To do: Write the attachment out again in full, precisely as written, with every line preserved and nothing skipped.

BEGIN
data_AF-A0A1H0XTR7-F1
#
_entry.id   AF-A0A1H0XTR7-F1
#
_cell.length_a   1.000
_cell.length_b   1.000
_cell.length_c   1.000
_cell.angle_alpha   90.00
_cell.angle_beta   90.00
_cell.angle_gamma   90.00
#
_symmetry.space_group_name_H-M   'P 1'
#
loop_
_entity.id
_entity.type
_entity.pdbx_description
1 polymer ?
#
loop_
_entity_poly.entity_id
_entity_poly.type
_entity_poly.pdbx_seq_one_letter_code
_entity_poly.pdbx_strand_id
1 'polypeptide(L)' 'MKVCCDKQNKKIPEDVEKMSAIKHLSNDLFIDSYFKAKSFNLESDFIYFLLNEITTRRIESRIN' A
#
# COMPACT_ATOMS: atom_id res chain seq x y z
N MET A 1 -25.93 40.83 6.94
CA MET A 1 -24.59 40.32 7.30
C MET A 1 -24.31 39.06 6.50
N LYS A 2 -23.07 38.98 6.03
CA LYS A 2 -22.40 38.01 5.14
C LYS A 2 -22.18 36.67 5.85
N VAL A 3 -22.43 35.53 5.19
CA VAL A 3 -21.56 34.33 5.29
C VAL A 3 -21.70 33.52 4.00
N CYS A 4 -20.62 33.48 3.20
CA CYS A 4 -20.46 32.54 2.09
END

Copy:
data_AF-A0A1H0XTR7-F1
#
_entry.id   AF-A0A1H0XTR7-F1
#
_cell.length_a   1.000
_cell.length_b   1.000
_cell.length_c   1.000
_cell.angle_alpha   90.00
_cell.angle_beta   90.00
_cell.angle_gamma   90.00
#
_symmetry.space_group_name_H-M   'P 1'
#
loop_
_entity.id
_entity.type
_entity.pdbx_description
1 polymer ?
#
loop_
_entity_poly.entity_id
_entity_poly.type
_entity_poly.pdbx_seq_one_letter_code
_entity_poly.pdbx_strand_id
1 'polypeptide(L)' 'MKVCCDKQNKKIPEDVEKMSAIKHLSNDLFIDSYFKAKSFNLESDFIYFLLNEITTRRIESRIN' A
#
# COMPACT_ATOMS: atom_id res chain seq x y z
N MET A 1 -25.93 40.83 6.94
CA MET A 1 -24.59 40.32 7.30
C MET A 1 -24.31 39.06 6.50
N LYS A 2 -23.07 38.98 6.03
CA LYS A 2 -22.40 38.01 5.14
C LYS A 2 -22.18 36.67 5.85
N VAL A 3 -22.43 35.53 5.19
CA VAL A 3 -21.56 34.33 5.29
C VAL A 3 -21.70 33.52 4.00
N CYS A 4 -20.62 33.48 3.20
CA CYS A 4 -20.46 32.54 2.09